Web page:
Recently I’ve been raising awareness of the impact of the ever-increasing populations of ticks around the world and especially (as relative to me) on the Eastern coast of Australia. You can read all my blogs and articles on my new website, dedicated to recovering from just one of the “diseases” brought about by tick bites, Mammalian Meat Allergy.
What we now know is that paralysis ticks are tiny, silent and their bites contain poison strong enough to kill small cats and dogs as well as transfer blood from their previous mammal feed into a human, resulting in Mammalian Meat Allergy (MMA), an allergy that is life altering. Ticks only seek blood to be able to breed. They live in longer grass areas to find their mammal hosts, such as bandicoots, who are immune to paralysis tick poison and are the host for moving paralysis ticks around the forests. MMA is spreading because families go on camping holidays into the bush, and also bring ticks back into their home town with their dogs transporting them, by accident. Now paralysis ticks are in backyards and nature strips in suburbia and once they’re in an area they breed there, which is why MMA is now a diagnosis for people living in suburbia as well as on farms and in the bush.
The breeding cycles of ticks can be interrupted by prolonged cold and dry climates, however the recent La Nina (extended periods of humidity and rain) in Australia has worsened the tick population and the impact on pets as well as humans has been a rapid increase in the diagnoses for Mammalian Meat Allergy.
How do we manage the population growth of ticks and ultimately prevent sickness?
As I’m a student in permaculture, I decided to look at the situation on our personal property, and our community, with a permaculture mindset.
One of the most famous quotes in permaculture, by the father of permaculture himself Bill Mollison, was: “You don’t have a snail problem, you have a duck deficiency!” His example was to ask the question when you see yourself confronted with a perceived problem: why not try and look at the situation from a different angle?
Therefore I would say that in permaculture you would say: “You don’t have a tick problem, you have a Guinea Fowl Deficiency.”
Meet Rhode Island and her children – 3 gorgeous Guinea Fowl. (Rhode Island is actually a breed of red chicken, which I’m pretty sure this hen is NOT, but the nickname stuck). Chickens like Rhode Island here will reportedly eat anywhere between 3 – 300 ticks in one hour with the average being 80 ticks per chook… it fluctuates depending on the breed. And the Guinea Fowl are the ultimate tick eaters, with reportedly 4,000 ticks a day going down that little beak! That’s around 350-550 an hour. Isn’t it incredible. Ducks are also said to be powerful tick population controllers with extra razors in their little beaks that – unlike chickens – will prevent the tick sliding back out.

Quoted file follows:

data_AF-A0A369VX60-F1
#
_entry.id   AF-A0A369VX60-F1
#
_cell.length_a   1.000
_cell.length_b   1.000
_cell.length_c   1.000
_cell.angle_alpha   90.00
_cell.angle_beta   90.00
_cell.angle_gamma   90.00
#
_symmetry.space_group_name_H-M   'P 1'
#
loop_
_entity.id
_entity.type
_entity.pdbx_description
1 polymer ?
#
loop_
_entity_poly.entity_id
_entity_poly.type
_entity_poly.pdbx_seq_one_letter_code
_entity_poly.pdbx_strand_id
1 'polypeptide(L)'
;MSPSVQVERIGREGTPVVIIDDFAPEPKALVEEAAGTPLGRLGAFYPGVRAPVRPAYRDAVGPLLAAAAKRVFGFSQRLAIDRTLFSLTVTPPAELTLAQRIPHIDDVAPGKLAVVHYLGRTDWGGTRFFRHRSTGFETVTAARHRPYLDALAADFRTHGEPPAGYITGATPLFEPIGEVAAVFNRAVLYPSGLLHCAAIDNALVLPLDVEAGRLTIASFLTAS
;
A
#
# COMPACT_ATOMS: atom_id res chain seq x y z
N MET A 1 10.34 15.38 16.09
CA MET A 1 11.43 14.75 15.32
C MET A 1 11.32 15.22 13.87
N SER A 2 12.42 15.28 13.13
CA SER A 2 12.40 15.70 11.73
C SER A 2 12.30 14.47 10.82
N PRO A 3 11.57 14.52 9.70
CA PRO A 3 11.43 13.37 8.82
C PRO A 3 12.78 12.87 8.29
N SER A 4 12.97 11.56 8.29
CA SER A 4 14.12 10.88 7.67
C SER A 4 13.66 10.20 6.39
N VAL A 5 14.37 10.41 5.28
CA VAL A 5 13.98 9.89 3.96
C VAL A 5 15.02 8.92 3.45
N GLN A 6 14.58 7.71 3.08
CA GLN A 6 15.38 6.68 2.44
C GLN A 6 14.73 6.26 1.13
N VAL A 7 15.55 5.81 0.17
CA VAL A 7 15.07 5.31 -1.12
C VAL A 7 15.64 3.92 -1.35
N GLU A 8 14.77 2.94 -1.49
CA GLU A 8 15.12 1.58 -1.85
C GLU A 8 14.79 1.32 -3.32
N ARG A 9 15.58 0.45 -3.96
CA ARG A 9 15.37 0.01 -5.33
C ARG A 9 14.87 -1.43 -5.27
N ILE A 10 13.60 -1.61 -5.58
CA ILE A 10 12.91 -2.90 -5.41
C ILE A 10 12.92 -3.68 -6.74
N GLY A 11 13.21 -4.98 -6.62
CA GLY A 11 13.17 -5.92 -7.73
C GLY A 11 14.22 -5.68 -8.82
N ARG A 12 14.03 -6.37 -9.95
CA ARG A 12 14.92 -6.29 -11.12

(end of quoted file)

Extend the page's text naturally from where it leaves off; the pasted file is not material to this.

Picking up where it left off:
And just look at how stunning they are. They have a lovely, graceful and kind energy. We’ve found them to be friendly and trustworthy… and very intelligent.
Our guinea fowl tribe was raised amongst all the household action so they’d be accustomed to our habits and only make noise when there’s a threat such as a snake, lizard or stray dog etc.
Rhode Island adopted them. She moved into their tiny hutch and sat on them every night to keep them warm, until they were too big. She hasn’t left their side for a moment. They protect her fiercely, and she lovingly guides them to be trusting of us. We can easily pick up and cuddle Rhode Island while her Guinea babies stand at our feet, doing their tick grazing.
I love how they are apart of the cycle on our farm. We all contribute in some way, we all have a role to play.
What if as many households as possible raised just 3 guinea fowl? What if guinea fowl were allowed to breed and join nature, taking residence in national parks and public parks? Wouldn’t it be interesting to find out if we can, in fact, reverse the increasing trend of tick bites and subsequent diseases.
I’d like to be a part of a world that embraces guinea fowls and consciously improves the guinea fowl population with this permaculture principle.
Day by day we aim to repair our bodies and have trust, faith and optimism for the future. You can join me as I walk to wellness in the private facebook group Joanna Haley Homestead (Journey to Wellness)
Joanna Haley, Author